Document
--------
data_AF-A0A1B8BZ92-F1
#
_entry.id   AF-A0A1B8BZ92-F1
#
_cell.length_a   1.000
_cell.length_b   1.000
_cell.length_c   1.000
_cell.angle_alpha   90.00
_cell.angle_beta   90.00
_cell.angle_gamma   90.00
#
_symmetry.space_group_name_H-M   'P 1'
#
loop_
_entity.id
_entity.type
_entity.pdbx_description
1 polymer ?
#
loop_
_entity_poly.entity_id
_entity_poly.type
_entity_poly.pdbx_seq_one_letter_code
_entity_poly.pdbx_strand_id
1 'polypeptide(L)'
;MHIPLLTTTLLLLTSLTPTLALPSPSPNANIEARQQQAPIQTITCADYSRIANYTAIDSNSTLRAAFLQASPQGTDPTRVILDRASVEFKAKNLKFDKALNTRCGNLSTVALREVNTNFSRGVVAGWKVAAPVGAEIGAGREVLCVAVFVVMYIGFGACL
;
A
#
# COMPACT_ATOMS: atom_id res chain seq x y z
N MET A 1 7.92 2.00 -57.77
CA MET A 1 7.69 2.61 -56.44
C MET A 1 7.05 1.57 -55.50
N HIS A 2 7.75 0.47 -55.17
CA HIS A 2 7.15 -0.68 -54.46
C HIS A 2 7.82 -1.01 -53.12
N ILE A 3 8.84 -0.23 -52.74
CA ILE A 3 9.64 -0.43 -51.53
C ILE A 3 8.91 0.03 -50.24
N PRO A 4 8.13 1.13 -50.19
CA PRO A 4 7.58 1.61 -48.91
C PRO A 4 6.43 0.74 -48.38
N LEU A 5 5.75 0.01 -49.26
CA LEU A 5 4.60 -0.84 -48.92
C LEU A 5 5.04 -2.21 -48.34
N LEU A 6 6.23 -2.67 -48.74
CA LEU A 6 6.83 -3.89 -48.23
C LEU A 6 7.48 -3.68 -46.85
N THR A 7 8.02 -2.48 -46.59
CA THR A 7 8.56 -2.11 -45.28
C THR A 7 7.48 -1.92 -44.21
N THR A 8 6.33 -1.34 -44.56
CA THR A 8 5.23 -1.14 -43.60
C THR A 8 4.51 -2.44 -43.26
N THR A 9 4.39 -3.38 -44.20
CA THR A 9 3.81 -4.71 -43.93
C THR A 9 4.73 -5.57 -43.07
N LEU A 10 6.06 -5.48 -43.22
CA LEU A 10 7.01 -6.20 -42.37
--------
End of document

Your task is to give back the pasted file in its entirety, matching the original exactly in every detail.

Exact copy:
data_AF-A0A1B8BZ92-F1
#
_entry.id   AF-A0A1B8BZ92-F1
#
_cell.length_a   1.000
_cell.length_b   1.000
_cell.length_c   1.000
_cell.angle_alpha   90.00
_cell.angle_beta   90.00
_cell.angle_gamma   90.00
#
_symmetry.space_group_name_H-M   'P 1'
#
loop_
_entity.id
_entity.type
_entity.pdbx_description
1 polymer ?
#
loop_
_entity_poly.entity_id
_entity_poly.type
_entity_poly.pdbx_seq_one_letter_code
_entity_poly.pdbx_strand_id
1 'polypeptide(L)'
;MHIPLLTTTLLLLTSLTPTLALPSPSPNANIEARQQQAPIQTITCADYSRIANYTAIDSNSTLRAAFLQASPQGTDPTRVILDRASVEFKAKNLKFDKALNTRCGNLSTVALREVNTNFSRGVVAGWKVAAPVGAEIGAGREVLCVAVFVVMYIGFGACL
;
A
#
# COMPACT_ATOMS: atom_id res chain seq x y z
N MET A 1 7.92 2.00 -57.77
CA MET A 1 7.69 2.61 -56.44
C MET A 1 7.05 1.57 -55.50
N HIS A 2 7.75 0.47 -55.17
CA HIS A 2 7.15 -0.68 -54.46
C HIS A 2 7.82 -1.01 -53.12
N ILE A 3 8.84 -0.23 -52.74
CA ILE A 3 9.64 -0.43 -51.53
C ILE A 3 8.91 0.03 -50.24
N PRO A 4 8.13 1.13 -50.19
CA PRO A 4 7.58 1.61 -48.91
C PRO A 4 6.43 0.74 -48.38
N LEU A 5 5.75 0.01 -49.26
CA LEU A 5 4.60 -0.84 -48.92
C LEU A 5 5.04 -2.21 -48.34
N LEU A 6 6.23 -2.67 -48.74
CA LEU A 6 6.83 -3.89 -48.23
C LEU A 6 7.48 -3.68 -46.85
N THR A 7 8.02 -2.48 -46.59
CA THR A 7 8.56 -2.11 -45.28
C THR A 7 7.48 -1.92 -44.21
N THR A 8 6.33 -1.34 -44.56
CA THR A 8 5.23 -1.14 -43.60
C THR A 8 4.51 -2.44 -43.26
N THR A 9 4.39 -3.38 -44.20
CA THR A 9 3.81 -4.71 -43.93
C THR A 9 4.73 -5.57 -43.07
N LEU A 10 6.06 -5.48 -43.22
CA LEU A 10 7.01 -6.20 -42.37